There is a fierce urgency at the heart of Collider, the latest major statement from the Icelandic composer Daníel Bjarnason. With the full symphony orchestra as his canvas, Bjarnason explores a new array of timbres and textures while maintaining the molten core of tense anxiety that has fueled his previous output. In his fourth Bedroom Community release, the composer builds on his work with traditional mediums – as orchestral conductor and classical composer – while channeling his recent collaborations with rock musicians and explorations of the recording studio.
Collider represents an artistic evolution from Bjarnason’s previous forays into orchestral writing. At the center of the composer’s 2010 album Processions was a bombastic piano concerto that echoed the extroverted unrest of early twentieth-century modernism; on the 2013 Over Light Earth, Bjarnason focused his work into concentrated, taut miniatures that matched the album’s focus on Abstract Expressionism. For Collider, these and other models have settled into a richly distinctive palette, one that feels at once compact and expansive. This record is deeply shaped by the crisp and ethereal sound of the Iceland Symphony Orchestra and was recorded in Harpa, the iconic concert hall in Reykjavik, with the composer conducting. All three works were originally written for U.S. ensembles: Blow Bright (2013/2015) for the Los Angeles Philharmonic, Collider (2014/2015) for the Cincinnati Symphony Orchestra, and The Isle Full of Noises (2011/2013) for the Los Angeles Children’s Chorus and American Youth Symphony. Lately, Bjarnason has been studying the music of American composers Steve Reich, John Adams, and David Lang; the techniques of minimalism and postminimalism have begun to trickle into his work, but without distracting from its fundamentally agitated syntax.
Blow Bright is structured as a passacaglia, a set of variations on a repeated bass pattern whose origins as a form date back to the seventeenth century. It opens with the orchestra trembling and quivering, as intersecting instrumental lines build to a sinewy climax. The pressure dissipates, and we are left with a gauzy texture that echoes Messiaen in its unison rhythmic movements. A solo violin ascends to a tinnitus-like highpoint over rustling percussion, before Bjarnason unfurls plangent waves of crescendi. The violin returns, rendered three-dimensional as it is joined by the rest of the string section; the opening material reemerges, with pockets of the orchestra groaning and grimacing into a frenetic conclusion.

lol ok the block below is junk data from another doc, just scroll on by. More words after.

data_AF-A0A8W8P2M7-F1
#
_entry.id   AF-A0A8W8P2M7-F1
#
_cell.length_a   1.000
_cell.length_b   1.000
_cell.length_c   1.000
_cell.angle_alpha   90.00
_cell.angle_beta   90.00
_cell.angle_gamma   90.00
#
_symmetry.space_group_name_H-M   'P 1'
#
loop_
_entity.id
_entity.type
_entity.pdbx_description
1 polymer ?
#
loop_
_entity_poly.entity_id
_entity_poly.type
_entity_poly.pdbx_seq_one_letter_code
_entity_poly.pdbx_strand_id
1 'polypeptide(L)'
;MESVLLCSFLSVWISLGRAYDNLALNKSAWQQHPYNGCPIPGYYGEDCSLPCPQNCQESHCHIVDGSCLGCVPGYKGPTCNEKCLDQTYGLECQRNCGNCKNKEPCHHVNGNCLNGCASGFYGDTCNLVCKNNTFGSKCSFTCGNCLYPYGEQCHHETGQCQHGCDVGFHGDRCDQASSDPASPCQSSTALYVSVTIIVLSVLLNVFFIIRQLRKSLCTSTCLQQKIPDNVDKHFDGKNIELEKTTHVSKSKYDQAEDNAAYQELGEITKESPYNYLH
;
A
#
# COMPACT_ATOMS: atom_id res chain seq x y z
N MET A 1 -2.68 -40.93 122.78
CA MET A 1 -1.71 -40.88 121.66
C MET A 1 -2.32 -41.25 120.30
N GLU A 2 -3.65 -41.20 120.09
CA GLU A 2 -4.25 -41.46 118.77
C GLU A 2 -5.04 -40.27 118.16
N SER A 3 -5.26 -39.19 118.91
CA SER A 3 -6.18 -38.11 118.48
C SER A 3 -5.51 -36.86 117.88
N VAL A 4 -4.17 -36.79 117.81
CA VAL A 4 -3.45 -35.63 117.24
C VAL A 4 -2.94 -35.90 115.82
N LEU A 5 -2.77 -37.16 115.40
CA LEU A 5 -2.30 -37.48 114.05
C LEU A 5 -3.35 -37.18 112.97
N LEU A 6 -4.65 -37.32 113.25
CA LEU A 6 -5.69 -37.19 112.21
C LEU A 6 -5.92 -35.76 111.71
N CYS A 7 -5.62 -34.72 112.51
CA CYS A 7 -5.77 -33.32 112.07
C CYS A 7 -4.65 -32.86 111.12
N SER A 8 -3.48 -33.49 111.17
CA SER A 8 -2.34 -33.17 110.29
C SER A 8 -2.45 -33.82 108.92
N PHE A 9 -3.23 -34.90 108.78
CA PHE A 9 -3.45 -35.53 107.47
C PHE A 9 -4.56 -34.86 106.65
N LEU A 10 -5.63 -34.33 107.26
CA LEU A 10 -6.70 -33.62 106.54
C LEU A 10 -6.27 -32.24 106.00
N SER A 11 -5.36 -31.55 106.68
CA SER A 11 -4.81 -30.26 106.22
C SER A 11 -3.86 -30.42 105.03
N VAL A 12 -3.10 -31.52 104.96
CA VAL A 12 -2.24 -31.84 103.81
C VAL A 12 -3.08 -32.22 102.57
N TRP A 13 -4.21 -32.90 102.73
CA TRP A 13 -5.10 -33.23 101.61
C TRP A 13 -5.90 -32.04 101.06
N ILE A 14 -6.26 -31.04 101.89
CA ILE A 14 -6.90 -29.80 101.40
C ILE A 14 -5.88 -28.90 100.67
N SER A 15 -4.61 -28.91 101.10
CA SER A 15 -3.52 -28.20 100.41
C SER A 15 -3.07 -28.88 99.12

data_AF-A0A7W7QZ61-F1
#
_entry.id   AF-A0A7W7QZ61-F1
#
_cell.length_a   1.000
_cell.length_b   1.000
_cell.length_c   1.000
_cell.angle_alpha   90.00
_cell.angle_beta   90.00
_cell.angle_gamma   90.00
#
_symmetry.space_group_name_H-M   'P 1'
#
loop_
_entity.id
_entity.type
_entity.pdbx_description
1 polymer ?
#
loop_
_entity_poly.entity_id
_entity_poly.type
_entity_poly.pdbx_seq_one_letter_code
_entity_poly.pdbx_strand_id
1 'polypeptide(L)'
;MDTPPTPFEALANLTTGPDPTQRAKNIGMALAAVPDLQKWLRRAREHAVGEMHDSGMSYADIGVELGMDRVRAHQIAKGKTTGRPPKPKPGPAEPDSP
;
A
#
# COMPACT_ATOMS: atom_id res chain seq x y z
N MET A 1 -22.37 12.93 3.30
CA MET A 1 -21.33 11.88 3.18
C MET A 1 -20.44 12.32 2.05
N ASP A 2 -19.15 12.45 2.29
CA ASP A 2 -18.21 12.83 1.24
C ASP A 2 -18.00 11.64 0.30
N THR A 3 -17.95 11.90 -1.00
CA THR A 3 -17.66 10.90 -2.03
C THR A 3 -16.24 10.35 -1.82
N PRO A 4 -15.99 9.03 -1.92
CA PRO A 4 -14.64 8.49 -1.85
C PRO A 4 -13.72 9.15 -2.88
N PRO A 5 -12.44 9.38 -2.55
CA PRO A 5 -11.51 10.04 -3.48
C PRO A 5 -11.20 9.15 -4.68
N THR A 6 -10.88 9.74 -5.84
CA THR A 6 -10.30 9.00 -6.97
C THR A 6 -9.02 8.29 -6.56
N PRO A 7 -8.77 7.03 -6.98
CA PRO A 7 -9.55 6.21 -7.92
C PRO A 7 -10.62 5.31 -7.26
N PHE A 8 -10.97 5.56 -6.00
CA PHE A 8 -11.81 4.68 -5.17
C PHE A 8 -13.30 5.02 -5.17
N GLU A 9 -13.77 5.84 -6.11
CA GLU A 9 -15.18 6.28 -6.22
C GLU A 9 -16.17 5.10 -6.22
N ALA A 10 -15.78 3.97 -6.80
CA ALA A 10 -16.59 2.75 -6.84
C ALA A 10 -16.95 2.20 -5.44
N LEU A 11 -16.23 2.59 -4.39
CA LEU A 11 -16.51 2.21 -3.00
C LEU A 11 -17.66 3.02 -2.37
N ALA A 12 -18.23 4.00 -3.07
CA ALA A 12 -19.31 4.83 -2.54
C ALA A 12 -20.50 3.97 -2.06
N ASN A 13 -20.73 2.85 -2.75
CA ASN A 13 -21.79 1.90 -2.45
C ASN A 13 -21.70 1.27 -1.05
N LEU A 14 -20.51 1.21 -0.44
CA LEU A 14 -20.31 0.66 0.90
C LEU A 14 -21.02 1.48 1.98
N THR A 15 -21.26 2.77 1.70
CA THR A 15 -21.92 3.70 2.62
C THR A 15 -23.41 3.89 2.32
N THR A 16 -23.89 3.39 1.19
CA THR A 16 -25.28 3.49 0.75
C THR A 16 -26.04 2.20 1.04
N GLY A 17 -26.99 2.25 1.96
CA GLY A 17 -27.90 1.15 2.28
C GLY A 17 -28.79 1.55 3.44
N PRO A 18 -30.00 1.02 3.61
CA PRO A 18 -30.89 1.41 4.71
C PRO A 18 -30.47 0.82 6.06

Throughout the album, Bjarnason utilizes extended techniques for hyper-theatrical ends: woodwinds produce swells of unpitched air, strings rip through unnerving glissandos. These not only represent rapprochements with the avant-garde, but also connect powerfully to Bjarnason’s work with Frost in projects such as Sólaris, a beguiling suite inspired by Andrei Tartovsky’s landmark film. Here, the composer treats the orchestra as a studio unto itself, emulating with instruments the processes by which electronic music is crafted. This ethos guides Collider, an etude in sonic and spatial configurations. It opens with a solo cello that Bjarnason indicates be “always floating slightly above the rest of the orchestra, at the crest of a wave”; the ripples that emit from the rest of the ensemble, staggered undulations that never peak in the same place, evince Bjarnason’s engagement with minimalism and micropolyphony. A languid clarinet weaves in and out of the fabric, as the music unleashes brassy eruptions that fade away without pretension. The atmosphere that the music conjures is murky, but the textures are clear and precise, at times more digital than symphonic.
Despite the overwhelming tradition of musical adaptations of The Tempest – from the original songs that accompanied seventeenth-century performances of the play to Jean Sibelius’s incidental music and Thomas Adès’s 2004 opera – Bjarnason was drawn to the language of Shakespeare’s final work. Though the orchestra seethes with menace, his vocal writing is luminescent, as the youthful chorus intones ethereal harmonies in winding lines. Bjarnason’s settings of three of the play’s monologues heighten the imagery of the text, as when the churning orchestra suddenly dispels into aleatoric mist as Caliban muses “If I then had waked after long sleep / Will make me sleep again.” As a whole, Bjarnason’s music is infused with such otherwordly mystery, simultaneously elusive and immediate.